and so forth. Presupposing the evolutionary paradigm and searching
    for parsimonious relationships, we would find that most of the
    design measures suggest the same relationship. The smaller vehicles
    have smaller tires, manual steering, smaller engines, and fewer
    seats. The larger vehicles have larger tires, power steering, larger
    engines, and more seats. In other words, the groupings suggested by
    the different design measures (tire size, steering mechanism, engine
    size, etc.) tend to be similar. But of course, the family of
    automobiles did not evolve from one another via random mutations.
    The groupings of the design measures are a natural result of
    engineering and have nothing to do with Darwinian evolution. How
    then can Penny's results provide "strong support" for evolution?
    (Hunter, 40.)

Hunter's example is erroneous for another reason--he has chosen
characters that are not independent. This is a big "no-no" in cladistic
analysis, and it is a rudimentary issue that is addressed early on in
any introductory text on phylogenetic analysis. When using characters of
organisms in a cladistic analysis, biologists attempt to use characters
that are as functionally and developmentally independent of one another
as possible. For instance, the size of an animal is only one character.
Of course larger animals will in general have larger bodies, larger
legs, and larger heads, just as in Hunter's example larger cars have
larger tires, larger engines, etc. To be valid, "largeness" cannot be
counted more than once. The very easy solution, which is regularly used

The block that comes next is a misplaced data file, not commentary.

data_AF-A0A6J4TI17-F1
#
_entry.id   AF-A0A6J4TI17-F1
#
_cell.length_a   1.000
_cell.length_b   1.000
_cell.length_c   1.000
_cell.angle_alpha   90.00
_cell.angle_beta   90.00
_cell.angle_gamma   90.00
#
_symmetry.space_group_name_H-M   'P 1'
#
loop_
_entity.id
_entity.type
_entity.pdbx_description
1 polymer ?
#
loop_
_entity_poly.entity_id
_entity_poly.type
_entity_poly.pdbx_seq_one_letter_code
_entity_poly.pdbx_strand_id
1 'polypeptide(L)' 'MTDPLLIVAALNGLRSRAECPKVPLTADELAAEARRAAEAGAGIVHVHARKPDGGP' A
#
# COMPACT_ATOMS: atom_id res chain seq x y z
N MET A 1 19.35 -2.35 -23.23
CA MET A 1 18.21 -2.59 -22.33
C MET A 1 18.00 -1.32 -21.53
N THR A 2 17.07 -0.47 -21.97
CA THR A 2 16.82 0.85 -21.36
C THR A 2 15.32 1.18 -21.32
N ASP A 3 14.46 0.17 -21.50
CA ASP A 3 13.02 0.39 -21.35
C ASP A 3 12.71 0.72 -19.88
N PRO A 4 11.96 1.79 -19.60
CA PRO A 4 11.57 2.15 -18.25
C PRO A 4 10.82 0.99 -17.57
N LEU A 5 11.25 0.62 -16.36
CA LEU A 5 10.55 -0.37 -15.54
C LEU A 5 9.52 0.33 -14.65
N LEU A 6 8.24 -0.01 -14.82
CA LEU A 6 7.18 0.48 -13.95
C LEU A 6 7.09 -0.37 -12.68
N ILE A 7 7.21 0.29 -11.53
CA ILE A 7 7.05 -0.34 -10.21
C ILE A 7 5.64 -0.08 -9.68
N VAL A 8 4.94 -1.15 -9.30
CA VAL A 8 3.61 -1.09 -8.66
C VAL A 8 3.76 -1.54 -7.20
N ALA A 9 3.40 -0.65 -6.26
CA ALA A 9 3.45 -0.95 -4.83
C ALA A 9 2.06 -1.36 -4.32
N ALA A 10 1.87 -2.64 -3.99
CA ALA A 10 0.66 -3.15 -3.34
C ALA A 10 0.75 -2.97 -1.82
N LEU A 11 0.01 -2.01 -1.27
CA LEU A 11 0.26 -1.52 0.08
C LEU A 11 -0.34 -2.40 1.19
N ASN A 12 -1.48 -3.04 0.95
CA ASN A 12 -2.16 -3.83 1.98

by biologists, is to measure the /relative/ sizes of different
characters. For instance, having a femur/tibia ratio of 3 is a different
character from having a femur/tibia ratio of 1/2, regardless of the
overall length of the bones. Biologists know that they must normalize
for size, and instead they concentrate on structural details. Hunter's
example is thus a straw man.

Penny's analysis (Penny /et al/. 1982
<>) used
five genes, four of which are functionally independent; thus, the result
that trees made from several different independent genes match with
statistical significance is indeed extremely strong support for common
descent. For Hunter's analogy to be valid, he would have to claim that
phylogenetic trees made only with cars' steering wheels will match
phylogenetic trees made only with cars' tires and trees made only with
cars' headlights and trees made only with cars' engines and trees made
only with cars' transmissions. Such a claim would be false, since cars
with similar tires (e.g. similar width/diameter ratio, manufacturers,
tread, color, materials, etc.) do not generally also have similar
engines (e.g. similar manufacturer, injection systems, cylinder
arrangement, orientation, etc.), or headlights (e.g. similar shape,
brightness, manufacturer, bulb type, position, number, etc.), or
transmissions, or steering wheels.

Thus, Hunter's analogy is false
<> for multiple
reasons. Hunter's example of how cars' characters can be analyzed to
infer a phylogeny is quite different from how real organisms' characters
are analyzed by biologists when inferring a phylogeny.
Received on Fri Aug 5 13:07:06 2005